Government Announces the 2021 Automobile Deduction Limits and Expense Benefit Rates for Businesses and Temporary Adjustments to the Automobile Standby Charge due to COVID-19
December 21, 2020 – Ottawa, Ontario – Department of Finance
Today, the Department of Finance Canada announced the automobile income tax deduction limits and expense benefit rates that will apply in 2021.
Most of the limits and rates that applied in 2020 will continue to apply in 2021, with one change taking effect as of January 1, 2021:
- The general prescribed rate used to determine the taxable benefit of employees relating to the personal portion of automobile expenses paid by their employers will be decreased by one cent to 27 cents per kilometre. For people who are employed principally in selling or leasing automobiles, the rate used to determine the employee’s taxable benefit will be decreased by one cent to 24 cents per kilometre.
The following limits from 2020 will remain in place for 2021:
- The limit on the deduction of tax-exempt allowances paid by employers to employees who use their personal vehicle for business purposes will remain at 59 cents per kilometre for the first 5,000 kilometres driven, and 53 cents per kilometre for each additional kilometre. For the Northwest Territories, Nunavut and Yukon the allowance is 4 cents higher, and will remain at 63 cents per kilometre for the first 5,000 kilometres driven, and 57 cents per kilometre for each additional kilometre.
- The ceiling for capital cost allowances (CCA) for passenger vehicles will remain at $30,000, before tax, for non zero-emission passenger vehicles, and at $55,000, before tax, for eligible zero-emission passenger vehicles. These ceilings restrict the cost of a vehicle on which CCA may be claimed for business purposes.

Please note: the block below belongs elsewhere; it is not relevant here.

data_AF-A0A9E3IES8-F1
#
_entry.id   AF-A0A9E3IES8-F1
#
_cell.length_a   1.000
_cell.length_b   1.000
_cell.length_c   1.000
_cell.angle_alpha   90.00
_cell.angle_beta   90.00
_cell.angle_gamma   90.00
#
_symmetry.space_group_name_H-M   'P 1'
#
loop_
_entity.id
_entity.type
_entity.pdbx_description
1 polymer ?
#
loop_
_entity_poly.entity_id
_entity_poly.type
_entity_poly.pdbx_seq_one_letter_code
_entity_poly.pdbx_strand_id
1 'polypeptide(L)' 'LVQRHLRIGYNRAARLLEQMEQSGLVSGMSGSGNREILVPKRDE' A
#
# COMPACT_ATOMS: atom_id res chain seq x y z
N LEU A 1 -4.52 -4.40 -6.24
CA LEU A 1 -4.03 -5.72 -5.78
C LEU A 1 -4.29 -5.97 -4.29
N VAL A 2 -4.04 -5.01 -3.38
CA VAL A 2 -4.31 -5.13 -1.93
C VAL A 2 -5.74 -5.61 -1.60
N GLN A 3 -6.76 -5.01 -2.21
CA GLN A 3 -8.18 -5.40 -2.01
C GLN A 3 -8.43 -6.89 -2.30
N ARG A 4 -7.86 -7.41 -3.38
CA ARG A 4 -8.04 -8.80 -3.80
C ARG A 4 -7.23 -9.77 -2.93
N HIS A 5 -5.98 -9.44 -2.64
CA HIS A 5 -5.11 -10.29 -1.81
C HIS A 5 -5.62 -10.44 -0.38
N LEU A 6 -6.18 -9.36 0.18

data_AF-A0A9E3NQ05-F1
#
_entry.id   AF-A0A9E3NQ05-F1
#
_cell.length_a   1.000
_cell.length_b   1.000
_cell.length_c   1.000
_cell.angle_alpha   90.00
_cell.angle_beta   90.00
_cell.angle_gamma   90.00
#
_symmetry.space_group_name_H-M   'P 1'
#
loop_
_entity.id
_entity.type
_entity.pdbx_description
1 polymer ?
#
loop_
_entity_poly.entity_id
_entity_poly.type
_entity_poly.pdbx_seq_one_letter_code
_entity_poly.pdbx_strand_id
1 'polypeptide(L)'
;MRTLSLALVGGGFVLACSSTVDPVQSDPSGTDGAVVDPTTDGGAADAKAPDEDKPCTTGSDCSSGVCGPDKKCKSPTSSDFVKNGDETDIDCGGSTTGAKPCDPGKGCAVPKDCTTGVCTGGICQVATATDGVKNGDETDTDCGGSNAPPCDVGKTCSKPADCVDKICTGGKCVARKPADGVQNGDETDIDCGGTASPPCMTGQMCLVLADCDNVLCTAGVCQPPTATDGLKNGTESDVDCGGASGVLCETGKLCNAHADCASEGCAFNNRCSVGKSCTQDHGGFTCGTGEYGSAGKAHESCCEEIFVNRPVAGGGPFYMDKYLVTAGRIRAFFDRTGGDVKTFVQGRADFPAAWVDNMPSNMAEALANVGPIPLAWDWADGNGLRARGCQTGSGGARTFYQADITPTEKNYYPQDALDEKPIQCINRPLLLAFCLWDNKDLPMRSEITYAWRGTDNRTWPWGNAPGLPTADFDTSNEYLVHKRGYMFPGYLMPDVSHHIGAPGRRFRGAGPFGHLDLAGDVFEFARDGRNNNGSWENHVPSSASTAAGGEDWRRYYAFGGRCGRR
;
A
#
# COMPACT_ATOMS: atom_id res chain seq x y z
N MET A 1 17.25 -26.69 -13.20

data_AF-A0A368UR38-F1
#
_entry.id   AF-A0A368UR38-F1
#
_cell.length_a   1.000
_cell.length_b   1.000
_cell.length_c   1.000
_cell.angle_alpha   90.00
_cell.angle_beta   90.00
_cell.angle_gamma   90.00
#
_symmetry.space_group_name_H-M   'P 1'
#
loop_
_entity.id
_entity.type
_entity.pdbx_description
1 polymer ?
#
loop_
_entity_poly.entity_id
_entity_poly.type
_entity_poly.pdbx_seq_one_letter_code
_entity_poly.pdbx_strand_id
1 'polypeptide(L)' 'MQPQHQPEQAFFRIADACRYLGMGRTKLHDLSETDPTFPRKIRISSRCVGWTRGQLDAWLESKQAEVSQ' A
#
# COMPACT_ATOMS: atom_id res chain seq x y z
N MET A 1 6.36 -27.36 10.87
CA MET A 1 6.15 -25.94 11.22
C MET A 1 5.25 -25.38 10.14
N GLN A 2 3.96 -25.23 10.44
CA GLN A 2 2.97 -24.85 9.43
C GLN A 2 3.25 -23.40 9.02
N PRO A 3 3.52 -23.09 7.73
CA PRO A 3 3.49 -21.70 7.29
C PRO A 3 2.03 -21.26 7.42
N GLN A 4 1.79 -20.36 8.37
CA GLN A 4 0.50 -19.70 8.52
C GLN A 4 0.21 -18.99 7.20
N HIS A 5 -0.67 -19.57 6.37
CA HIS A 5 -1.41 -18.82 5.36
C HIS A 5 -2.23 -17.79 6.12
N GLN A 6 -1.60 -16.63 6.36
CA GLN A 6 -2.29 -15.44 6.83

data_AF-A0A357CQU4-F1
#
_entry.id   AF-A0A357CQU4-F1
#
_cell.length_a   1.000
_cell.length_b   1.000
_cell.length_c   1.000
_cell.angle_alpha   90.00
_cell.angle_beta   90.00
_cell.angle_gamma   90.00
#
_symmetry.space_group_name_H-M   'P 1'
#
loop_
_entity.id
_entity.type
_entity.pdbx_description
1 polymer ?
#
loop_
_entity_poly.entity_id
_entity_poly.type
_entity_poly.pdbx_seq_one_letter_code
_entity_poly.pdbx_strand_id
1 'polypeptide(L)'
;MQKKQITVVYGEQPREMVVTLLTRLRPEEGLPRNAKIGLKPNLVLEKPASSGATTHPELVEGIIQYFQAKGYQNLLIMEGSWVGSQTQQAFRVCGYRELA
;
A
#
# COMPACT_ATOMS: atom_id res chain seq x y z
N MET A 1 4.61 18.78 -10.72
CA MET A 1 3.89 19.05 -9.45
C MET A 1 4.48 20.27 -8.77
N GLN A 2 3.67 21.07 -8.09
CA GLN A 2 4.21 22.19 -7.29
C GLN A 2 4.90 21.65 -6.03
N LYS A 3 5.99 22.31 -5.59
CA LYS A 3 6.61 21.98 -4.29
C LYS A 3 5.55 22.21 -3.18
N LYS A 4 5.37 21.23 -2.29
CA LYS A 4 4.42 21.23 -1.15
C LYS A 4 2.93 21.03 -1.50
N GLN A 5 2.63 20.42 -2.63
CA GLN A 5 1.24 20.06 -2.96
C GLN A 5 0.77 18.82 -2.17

- The maximum allowable interest deduction for new automobile loans will remain at $300 per month.
- The limit on deductible leasing costs will remain at $800 per month, before tax for new leases entered into. For automobiles valued over $30,000, a separate restriction will continue to prorate deductible lease costs.
In light of the impact COVID-19 lockdowns and public health measures have had on how employees use their employer-provided vehicles, the government is also proposing temporary adjustments to the automobile standby charge. For the 2020 and 2021 taxation year, it is proposed that employees be allowed to use their 2019 automobile usage to determine eligibility for the reduced standby charge. Only employees with an automobile provided by the same employer as in 2019 would be eligible for this option. For more information, please refer to the related backgrounder.
Eligible zero-emission passenger vehicles include plug-in hybrids with a battery capacity of at least 7 kWh and vehicles that are fully electric or fully powered by hydrogen.
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Department of Finance Canada
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